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Watching the Classics

Watching the Classics – ‘Making Movies Modern’

Start date:
Oct 30, 2023
Ability Level:
All Levels

A monthly lecture series with Professor Richard Peña

Doha Film Institute is delighted to present ‘Watching the Classics’, an online programme where filmmakers and cinephiles can deepen their knowledge of film history. Presented by renowned scholar Richard Peña—Professor of Film Studies at Columbia University and Director Emeritus of the New York Film Festival—this series of lectures/discussions each focuses on an undisputed world cinema classic.

In the monthly sessions, Professor Peña will present a given film within its aesthetic, economic, technological and social/political context, detailing each director’s formal techniques while teasing out the implications of these artistic and technical decisions.

To get the most from the programme, participants are recommended to view the selected films before each session, and all are readily available through various popular streaming services.

During the lecture, select images and clips will be included for discussion, and participants will be able to send Professor Peña questions, which will be addressed at the end of each session.

Join us for this chance to revisit some of your favourite films—or to discover works that have helped change the course of film history.

‘Making Movies Modern’
Lecture Series Introduction by Professor Richard Peña

By the late 1950s, the cinematic models and approaches that had largely defined movies all over the world began to break down. New generations of filmmakers took advantage of changes in technology to bring their films in closer dialogue with the physical world; meanwhile, the depiction of interior, mental states become more pronounced and intense. The impact of major changes in other media—from painting to dance to novels—inspired filmmakers to find new ways that broke with the confines of traditional three-act story-telling style. By 1960, all of these developments came together and burst into a series of “new waves” in France, Poland, Japan, Italy, Brazil and several other nations; the impact of new wave style could eventually even be seen in Hollywood.

This nine-part series, ‘Making Movies Modern’, will explore this cinematic revolution, analyzing some of its major trends and tendencies as well as offering discussions of some of its most emblematic works. Among the artists whose works will be discussed are Luis Buñuel, Jean-Luc Godard, Michelangelo Antonioni, and Andrei Tarkovsky.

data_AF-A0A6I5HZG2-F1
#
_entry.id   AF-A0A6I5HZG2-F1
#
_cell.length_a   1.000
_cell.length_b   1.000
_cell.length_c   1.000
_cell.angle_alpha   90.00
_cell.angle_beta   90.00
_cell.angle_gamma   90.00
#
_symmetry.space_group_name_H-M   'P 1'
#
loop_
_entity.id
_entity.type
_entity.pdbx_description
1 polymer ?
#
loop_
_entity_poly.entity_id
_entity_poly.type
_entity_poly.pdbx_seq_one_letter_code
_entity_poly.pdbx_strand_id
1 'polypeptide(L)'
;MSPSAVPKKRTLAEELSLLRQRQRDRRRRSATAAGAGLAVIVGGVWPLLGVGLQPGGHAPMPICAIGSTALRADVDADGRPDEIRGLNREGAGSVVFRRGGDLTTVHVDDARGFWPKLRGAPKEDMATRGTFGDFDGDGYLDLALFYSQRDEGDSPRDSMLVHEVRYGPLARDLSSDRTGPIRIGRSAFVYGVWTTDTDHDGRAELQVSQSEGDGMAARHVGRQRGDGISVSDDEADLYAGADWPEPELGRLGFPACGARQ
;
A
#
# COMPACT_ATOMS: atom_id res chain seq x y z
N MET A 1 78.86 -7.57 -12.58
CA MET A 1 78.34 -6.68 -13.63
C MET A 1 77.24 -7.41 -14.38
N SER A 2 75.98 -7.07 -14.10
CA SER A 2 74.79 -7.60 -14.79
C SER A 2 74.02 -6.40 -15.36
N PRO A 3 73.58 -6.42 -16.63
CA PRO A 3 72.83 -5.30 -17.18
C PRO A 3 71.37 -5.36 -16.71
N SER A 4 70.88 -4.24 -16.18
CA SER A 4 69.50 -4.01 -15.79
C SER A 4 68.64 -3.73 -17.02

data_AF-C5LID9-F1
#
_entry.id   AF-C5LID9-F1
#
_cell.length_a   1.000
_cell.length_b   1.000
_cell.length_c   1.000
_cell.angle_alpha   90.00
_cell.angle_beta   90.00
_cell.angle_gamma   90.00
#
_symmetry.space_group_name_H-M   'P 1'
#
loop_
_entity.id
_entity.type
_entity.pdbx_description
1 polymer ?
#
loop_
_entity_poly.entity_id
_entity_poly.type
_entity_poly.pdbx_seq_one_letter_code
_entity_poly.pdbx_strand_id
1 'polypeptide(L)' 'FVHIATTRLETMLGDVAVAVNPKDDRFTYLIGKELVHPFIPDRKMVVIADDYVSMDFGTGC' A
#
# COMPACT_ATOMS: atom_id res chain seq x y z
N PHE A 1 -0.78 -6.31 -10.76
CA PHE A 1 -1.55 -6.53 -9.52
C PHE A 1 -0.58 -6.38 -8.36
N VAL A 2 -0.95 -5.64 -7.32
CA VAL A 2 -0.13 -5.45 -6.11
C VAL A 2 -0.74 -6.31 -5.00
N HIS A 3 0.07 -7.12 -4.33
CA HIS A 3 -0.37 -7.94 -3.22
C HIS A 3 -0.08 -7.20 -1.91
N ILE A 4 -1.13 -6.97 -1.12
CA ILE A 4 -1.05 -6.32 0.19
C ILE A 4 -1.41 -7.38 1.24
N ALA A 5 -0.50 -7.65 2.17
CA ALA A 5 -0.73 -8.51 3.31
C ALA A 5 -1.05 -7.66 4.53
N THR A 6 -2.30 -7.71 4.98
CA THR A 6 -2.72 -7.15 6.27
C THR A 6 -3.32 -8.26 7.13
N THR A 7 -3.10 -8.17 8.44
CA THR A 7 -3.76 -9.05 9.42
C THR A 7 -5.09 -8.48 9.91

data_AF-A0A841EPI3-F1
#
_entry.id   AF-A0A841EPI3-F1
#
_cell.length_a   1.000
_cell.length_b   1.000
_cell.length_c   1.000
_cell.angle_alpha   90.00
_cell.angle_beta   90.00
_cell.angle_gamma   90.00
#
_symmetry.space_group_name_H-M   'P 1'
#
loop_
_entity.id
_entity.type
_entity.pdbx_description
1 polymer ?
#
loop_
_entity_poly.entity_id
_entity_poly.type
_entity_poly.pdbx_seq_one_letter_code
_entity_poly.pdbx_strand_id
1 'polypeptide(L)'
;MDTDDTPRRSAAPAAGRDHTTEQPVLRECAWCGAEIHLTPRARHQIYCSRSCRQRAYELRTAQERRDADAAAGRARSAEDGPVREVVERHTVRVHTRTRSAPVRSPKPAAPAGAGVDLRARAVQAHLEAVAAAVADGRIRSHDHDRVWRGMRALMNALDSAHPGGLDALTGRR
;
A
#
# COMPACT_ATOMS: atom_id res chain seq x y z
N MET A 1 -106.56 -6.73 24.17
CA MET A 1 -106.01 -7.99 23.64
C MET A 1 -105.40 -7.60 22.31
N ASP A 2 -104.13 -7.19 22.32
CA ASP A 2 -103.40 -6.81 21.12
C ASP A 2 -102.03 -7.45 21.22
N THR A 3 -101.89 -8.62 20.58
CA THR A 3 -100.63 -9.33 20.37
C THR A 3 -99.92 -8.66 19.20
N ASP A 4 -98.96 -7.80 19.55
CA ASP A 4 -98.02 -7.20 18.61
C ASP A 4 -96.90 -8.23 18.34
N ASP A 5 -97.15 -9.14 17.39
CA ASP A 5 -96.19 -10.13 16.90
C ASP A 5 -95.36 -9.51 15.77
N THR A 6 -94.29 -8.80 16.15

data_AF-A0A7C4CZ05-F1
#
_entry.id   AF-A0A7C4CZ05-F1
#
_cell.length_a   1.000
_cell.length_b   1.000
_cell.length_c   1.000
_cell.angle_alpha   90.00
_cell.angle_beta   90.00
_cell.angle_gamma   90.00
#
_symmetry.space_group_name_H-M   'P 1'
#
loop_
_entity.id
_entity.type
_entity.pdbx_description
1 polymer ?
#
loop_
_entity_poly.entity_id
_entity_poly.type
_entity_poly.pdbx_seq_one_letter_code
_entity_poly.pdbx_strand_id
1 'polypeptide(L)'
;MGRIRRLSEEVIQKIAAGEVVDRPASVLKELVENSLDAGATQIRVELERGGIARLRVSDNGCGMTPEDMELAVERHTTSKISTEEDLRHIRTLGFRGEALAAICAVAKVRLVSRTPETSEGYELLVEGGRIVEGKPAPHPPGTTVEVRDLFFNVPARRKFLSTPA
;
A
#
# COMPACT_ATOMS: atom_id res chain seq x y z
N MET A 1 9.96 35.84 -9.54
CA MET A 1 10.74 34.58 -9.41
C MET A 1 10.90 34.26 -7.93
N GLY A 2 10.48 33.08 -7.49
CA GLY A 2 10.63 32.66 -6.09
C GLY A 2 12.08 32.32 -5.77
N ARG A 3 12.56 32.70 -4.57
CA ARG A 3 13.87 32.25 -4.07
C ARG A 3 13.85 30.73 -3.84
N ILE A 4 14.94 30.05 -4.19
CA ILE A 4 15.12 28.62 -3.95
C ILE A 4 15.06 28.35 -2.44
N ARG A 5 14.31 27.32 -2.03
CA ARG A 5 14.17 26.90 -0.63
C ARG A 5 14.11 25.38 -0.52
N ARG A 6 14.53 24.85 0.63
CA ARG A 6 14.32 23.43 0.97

Each session will also include a detailed analysis of that week’s selected film.

The sessions will take place on the last Monday of every month. The films to be featured will be announced at the beginning of the month.

Session 7: ‘Branded to Kill’ by Seijun Suzuki
30 October 2023 / 5:30 PM – 7:30 PM (Doha Time, GMT+3)

‘Branded to Kill’
Director: Seijun Suzuki
Japan / 1967

Japan had one of the longest and most widespread of all new waves, ranging from politically militant avant-garde works to bizarrely stylized genre films. Seijun Suzuki practically invented this second category—through a barrage of unexpected digressions and confusing constructions of space and time, we follow the Number #2 Contract Killer as he tries to defeat the Number #1.

Language: English
Lecture Fee: 70 QAR

This programme is open to applicants over the age of 18. The sessions are best suited for those with some knowledge of filmmaking and who wish to expand their understanding of film history.

Registration Process:

  • To register and secure your place, purchase a ticket online to this event by clicking HERE.
  • Your registration will be confirmed once your payment is processed.
  • You will receive all necessary webinar links via email reminders before the sessions.

Richard Peña
Richard Peña was the Programme Director of the Film Society of Lincoln Center and the Director of the New York Film Festival from 1988 until 2012. At the Film Society, Peña organised retrospectives of many film artists, as well as major film series devoted to numerous national cinemas. Together with Unifrance, in 1995, he created Rendez-Vous with French Cinema, the leading American showcase for new French cinema. He is Professor of Film and Media Studies at Columbia University, where he specialises in film theory and international cinema and has served as a Visiting Professor at the Sorbonne, Beijing University, UNAM-Mexico City and the University of São Paulo. He also currently hosts WNET/Channel 13’s weekly ‘Reel 13’.